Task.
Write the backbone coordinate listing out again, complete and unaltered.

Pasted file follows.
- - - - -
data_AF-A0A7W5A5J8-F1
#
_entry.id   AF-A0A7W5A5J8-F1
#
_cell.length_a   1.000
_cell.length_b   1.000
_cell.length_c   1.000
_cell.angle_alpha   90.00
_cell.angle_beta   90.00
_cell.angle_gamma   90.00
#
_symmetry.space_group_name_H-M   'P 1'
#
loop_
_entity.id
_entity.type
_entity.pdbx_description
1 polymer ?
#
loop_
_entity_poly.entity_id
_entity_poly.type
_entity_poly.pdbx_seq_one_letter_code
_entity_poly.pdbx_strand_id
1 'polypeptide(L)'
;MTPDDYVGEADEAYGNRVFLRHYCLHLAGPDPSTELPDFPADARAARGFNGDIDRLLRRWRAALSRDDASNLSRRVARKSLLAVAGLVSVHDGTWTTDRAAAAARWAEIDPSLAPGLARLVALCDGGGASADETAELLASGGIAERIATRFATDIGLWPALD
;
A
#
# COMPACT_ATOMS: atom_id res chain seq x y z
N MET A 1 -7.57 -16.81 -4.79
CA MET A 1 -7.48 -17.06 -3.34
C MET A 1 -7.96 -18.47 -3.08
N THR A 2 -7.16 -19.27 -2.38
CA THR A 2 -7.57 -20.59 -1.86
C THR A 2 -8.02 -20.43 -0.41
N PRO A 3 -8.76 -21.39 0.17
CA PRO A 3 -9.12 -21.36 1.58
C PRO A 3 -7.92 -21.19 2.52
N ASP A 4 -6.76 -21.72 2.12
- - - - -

data_AF-A0A7W5A5J8-F1
#
_entry.id   AF-A0A7W5A5J8-F1
#
_cell.length_a   1.000
_cell.length_b   1.000
_cell.length_c   1.000
_cell.angle_alpha   90.00
_cell.angle_beta   90.00
_cell.angle_gamma   90.00
#
_symmetry.space_group_name_H-M   'P 1'
#
loop_
_entity.id
_entity.type
_entity.pdbx_description
1 polymer ?
#
loop_
_entity_poly.entity_id
_entity_poly.type
_entity_poly.pdbx_seq_one_letter_code
_entity_poly.pdbx_strand_id
1 'polypeptide(L)'
;MTPDDYVGEADEAYGNRVFLRHYCLHLAGPDPSTELPDFPADARAARGFNGDIDRLLRRWRAALSRDDASNLSRRVARKSLLAVAGLVSVHDGTWTTDRAAAAARWAEIDPSLAPGLARLVALCDGGGASADETAELLASGGIAERIATRFATDIGLWPALD
;
A
#
# COMPACT_ATOMS: atom_id res chain seq x y z
N MET A 1 -7.57 -16.81 -4.79
CA MET A 1 -7.48 -17.06 -3.34
C MET A 1 -7.96 -18.47 -3.08
N THR A 2 -7.16 -19.27 -2.38
CA THR A 2 -7.57 -20.59 -1.86
C THR A 2 -8.02 -20.43 -0.41
N PRO A 3 -8.76 -21.39 0.17
CA PRO A 3 -9.12 -21.36 1.58
C PRO A 3 -7.92 -21.19 2.52
N ASP A 4 -6.76 -21.72 2.12